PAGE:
How they do it in Sweden
Last week we went to Sweden to visit my brother and his family, hence the silence on the blog. Don’t think I got the Swedish food experience though, as we went to a Turkish restaurant, which was very nice by the way, and cooked at home the rest of the time. My little one even helped making pizza, and ate whole can of sweetcorn with her cousin before we managed to use it as a topping.
My sister in law also made smörgåstårta for my birthday which is a savoury sandwich cake, the adult version of a birthday cake. It can contain all sorts of ingredients, but generally it is cheese, meat and seafood in different combinations. I had it a few years ago from a shop and it was good but full of mayo, this homemade version however contained mainly low fat cream cheese, so not as heavy, but still delicious. If you are not big on sweets but would still like to present something spectacular for an occasion, this may be the way to go.
Although I try to avoid processed sugar, there is one sweet you cannot avoid in Sweden and that’s kanelbullar or a traditional cinnamon bun. They are everywhere in slightly different forms and are consumed by Swedes in great quantities. Usually not very sweet, but I am planning to make an almost sugar free version in the near future.
I also got a birthday gift in form of cheese, a lot of cheese. The thing is, you don’t really get small packets of anything in Sweden. Cheese is usually sold in half kilogram packages or bigger, the same goes for butter! They do have large families…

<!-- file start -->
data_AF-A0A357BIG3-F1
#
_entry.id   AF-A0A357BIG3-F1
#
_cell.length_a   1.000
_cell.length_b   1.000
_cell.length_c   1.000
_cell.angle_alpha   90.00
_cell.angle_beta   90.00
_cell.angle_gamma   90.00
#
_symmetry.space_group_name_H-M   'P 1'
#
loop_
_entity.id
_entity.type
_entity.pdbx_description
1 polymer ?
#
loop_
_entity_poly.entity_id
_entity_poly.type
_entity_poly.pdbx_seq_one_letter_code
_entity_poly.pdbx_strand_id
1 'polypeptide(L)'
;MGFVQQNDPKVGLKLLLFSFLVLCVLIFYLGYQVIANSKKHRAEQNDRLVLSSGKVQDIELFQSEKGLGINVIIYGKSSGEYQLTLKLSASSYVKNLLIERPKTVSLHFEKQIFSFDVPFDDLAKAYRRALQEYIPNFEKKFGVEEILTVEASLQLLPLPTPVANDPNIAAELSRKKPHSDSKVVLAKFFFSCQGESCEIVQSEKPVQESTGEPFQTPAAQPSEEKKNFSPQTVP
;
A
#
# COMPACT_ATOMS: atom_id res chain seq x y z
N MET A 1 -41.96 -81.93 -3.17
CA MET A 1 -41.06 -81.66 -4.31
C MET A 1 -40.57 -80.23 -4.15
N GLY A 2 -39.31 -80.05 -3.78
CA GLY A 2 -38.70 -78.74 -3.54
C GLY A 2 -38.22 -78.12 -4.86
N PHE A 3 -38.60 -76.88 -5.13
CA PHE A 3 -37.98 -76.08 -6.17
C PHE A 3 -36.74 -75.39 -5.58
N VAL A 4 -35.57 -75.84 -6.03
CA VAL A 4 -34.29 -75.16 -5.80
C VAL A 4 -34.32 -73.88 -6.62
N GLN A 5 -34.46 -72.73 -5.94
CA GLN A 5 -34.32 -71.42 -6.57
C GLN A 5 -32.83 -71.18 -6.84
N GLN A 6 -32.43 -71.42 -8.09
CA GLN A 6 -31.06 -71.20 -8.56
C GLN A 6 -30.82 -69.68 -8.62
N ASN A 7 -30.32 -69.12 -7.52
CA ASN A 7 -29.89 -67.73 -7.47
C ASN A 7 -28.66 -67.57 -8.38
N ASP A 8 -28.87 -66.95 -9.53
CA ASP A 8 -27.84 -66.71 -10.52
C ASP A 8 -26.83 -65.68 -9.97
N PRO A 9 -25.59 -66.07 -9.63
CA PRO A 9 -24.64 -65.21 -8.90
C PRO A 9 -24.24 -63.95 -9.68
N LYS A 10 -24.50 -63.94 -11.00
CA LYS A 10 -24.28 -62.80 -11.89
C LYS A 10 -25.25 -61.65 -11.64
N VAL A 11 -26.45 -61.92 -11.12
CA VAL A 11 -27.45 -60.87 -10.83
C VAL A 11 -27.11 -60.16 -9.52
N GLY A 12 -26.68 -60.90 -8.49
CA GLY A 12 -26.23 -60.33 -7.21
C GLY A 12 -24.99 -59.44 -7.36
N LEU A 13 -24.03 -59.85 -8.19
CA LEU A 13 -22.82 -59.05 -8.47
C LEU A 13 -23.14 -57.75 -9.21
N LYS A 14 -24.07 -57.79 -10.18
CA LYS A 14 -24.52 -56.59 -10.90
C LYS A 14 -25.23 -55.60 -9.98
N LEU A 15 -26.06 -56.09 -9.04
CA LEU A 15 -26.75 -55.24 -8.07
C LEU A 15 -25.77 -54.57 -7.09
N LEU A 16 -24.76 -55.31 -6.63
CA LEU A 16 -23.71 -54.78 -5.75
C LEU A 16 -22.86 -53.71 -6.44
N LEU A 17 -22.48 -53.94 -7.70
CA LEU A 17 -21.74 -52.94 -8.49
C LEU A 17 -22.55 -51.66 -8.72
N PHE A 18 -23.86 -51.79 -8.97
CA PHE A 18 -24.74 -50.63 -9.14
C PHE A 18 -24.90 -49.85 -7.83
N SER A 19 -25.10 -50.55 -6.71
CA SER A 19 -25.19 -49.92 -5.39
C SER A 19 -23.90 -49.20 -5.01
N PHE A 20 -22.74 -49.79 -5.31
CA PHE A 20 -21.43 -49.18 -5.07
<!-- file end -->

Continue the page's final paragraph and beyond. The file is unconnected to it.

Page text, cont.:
I also got really good organic tea, maybe not very Swedish, but it is really good, certainly one of the best green teas I have ever drunk.
How kids eat in Sweden
There is something interesting about the way they eat in Sweden. Firstly, there is a rule of not giving kids sweets throughout the week, they are reserved for one day, usually Saturday. This is just a tradition and most seem to follow, to the point that my brother got told off by a random child this summer who spotted him eating ice cream in the park on a non-sweet day. If he couldn’t eat ice cream, no one could :) So kids can eat sweets, but it is limited in this way, certainly better than having them eat even a little bit but regularly, as this is how habits are created. This is also believed to have dramatically improved health of children’s teeth.
Secondly, when children are being weaned, baby led weaning is recommended and parents are encouraged to feed them family food. So no purees, just standard solid food. Moreover, variety of food is encouraged and the suggestion is that a child should get a portion of meat and a portion of fish during a single day, so no serving of the same food over and over again. Whether parents actually follow any of this advice is a different story, I don’t suppose everyone is willing to cook a couple of times a day, but the principles are interesting. Comparing to what the advice is given in the UK, this is much better.
Few more interesting facts:
- a child can eat a banana in a supermarket for free, there are baskets with bananas especially for this purpose, keeps kids happy while parents shop (not sure if it’s in all shops)
- breastfeeding is normal in public places, and I mean normal as it should be
- there is always an IKEA highchair in a restaurant or a cafe (other highchair brands are available)
- there is a proper playground in every park and every housing estate / communal garden
- employers are supportive of both parents taking parental leave and it is very common for fathers to take a few months off with a baby
- Sweden is probably the best country to have and raise kids (well, this is just my opinion)
If you have any experience of how children are fed and raised in different countries, please share them in the comments, I love reading about the differences and reasoning behind parenting advice.